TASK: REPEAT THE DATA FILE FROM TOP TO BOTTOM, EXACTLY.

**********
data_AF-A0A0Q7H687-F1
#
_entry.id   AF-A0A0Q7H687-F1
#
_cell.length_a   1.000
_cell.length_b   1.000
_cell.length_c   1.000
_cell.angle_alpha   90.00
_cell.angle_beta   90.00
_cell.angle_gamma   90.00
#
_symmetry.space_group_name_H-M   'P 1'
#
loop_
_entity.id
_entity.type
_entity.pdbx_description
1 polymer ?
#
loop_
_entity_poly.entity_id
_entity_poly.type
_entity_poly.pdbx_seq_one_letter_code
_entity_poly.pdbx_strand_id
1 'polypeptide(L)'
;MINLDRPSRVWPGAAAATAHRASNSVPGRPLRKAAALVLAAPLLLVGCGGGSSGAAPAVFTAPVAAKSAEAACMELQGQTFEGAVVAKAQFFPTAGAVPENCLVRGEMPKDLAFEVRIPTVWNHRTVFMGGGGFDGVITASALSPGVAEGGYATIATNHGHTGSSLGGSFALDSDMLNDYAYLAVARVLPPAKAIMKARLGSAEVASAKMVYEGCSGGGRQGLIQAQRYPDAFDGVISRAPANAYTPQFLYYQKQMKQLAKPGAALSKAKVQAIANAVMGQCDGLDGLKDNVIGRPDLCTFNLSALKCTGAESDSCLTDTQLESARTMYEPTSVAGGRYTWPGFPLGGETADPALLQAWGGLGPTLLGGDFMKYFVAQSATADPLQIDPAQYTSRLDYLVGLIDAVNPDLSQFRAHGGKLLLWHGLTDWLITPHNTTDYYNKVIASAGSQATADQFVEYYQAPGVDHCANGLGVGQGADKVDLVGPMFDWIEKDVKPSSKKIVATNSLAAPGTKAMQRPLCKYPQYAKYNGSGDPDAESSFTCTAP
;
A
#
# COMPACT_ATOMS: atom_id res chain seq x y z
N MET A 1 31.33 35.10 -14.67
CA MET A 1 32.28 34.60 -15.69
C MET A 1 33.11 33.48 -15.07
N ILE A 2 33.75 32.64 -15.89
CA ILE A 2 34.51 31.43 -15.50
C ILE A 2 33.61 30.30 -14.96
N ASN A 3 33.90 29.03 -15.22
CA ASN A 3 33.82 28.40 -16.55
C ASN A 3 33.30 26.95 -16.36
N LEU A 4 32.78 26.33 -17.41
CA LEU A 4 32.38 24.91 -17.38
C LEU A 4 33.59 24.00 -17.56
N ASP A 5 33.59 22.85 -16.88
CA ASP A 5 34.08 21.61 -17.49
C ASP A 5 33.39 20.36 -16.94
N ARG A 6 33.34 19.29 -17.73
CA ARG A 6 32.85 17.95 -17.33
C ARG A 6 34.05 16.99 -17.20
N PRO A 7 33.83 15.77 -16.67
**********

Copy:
data_AF-A0A0Q7H687-F1
#
_entry.id   AF-A0A0Q7H687-F1
#
_cell.length_a   1.000
_cell.length_b   1.000
_cell.length_c   1.000
_cell.angle_alpha   90.00
_cell.angle_beta   90.00
_cell.angle_gamma   90.00
#
_symmetry.space_group_name_H-M   'P 1'
#
loop_
_entity.id
_entity.type
_entity.pdbx_description
1 polymer ?
#
loop_
_entity_poly.entity_id
_entity_poly.type
_entity_poly.pdbx_seq_one_letter_code
_entity_poly.pdbx_strand_id
1 'polypeptide(L)'
;MINLDRPSRVWPGAAAATAHRASNSVPGRPLRKAAALVLAAPLLLVGCGGGSSGAAPAVFTAPVAAKSAEAACMELQGQTFEGAVVAKAQFFPTAGAVPENCLVRGEMPKDLAFEVRIPTVWNHRTVFMGGGGFDGVITASALSPGVAEGGYATIATNHGHTGSSLGGSFALDSDMLNDYAYLAVARVLPPAKAIMKARLGSAEVASAKMVYEGCSGGGRQGLIQAQRYPDAFDGVISRAPANAYTPQFLYYQKQMKQLAKPGAALSKAKVQAIANAVMGQCDGLDGLKDNVIGRPDLCTFNLSALKCTGAESDSCLTDTQLESARTMYEPTSVAGGRYTWPGFPLGGETADPALLQAWGGLGPTLLGGDFMKYFVAQSATADPLQIDPAQYTSRLDYLVGLIDAVNPDLSQFRAHGGKLLLWHGLTDWLITPHNTTDYYNKVIASAGSQATADQFVEYYQAPGVDHCANGLGVGQGADKVDLVGPMFDWIEKDVKPSSKKIVATNSLAAPGTKAMQRPLCKYPQYAKYNGSGDPDAESSFTCTAP
;
A
#
# COMPACT_ATOMS: atom_id res chain seq x y z
N MET A 1 31.33 35.10 -14.67
CA MET A 1 32.28 34.60 -15.69
C MET A 1 33.11 33.48 -15.07
N ILE A 2 33.75 32.64 -15.89
CA ILE A 2 34.51 31.43 -15.50
C ILE A 2 33.61 30.30 -14.96
N ASN A 3 33.90 29.03 -15.22
CA ASN A 3 33.82 28.40 -16.55
C ASN A 3 33.30 26.95 -16.36
N LEU A 4 32.78 26.33 -17.41
CA LEU A 4 32.38 24.91 -17.38
C LEU A 4 33.59 24.00 -17.56
N ASP A 5 33.59 22.85 -16.88
CA ASP A 5 34.08 21.61 -17.49
C ASP A 5 33.39 20.36 -16.94
N ARG A 6 33.34 19.29 -17.73
CA ARG A 6 32.85 17.95 -17.33
C ARG A 6 34.05 16.99 -17.20
N PRO A 7 33.83 15.77 -16.67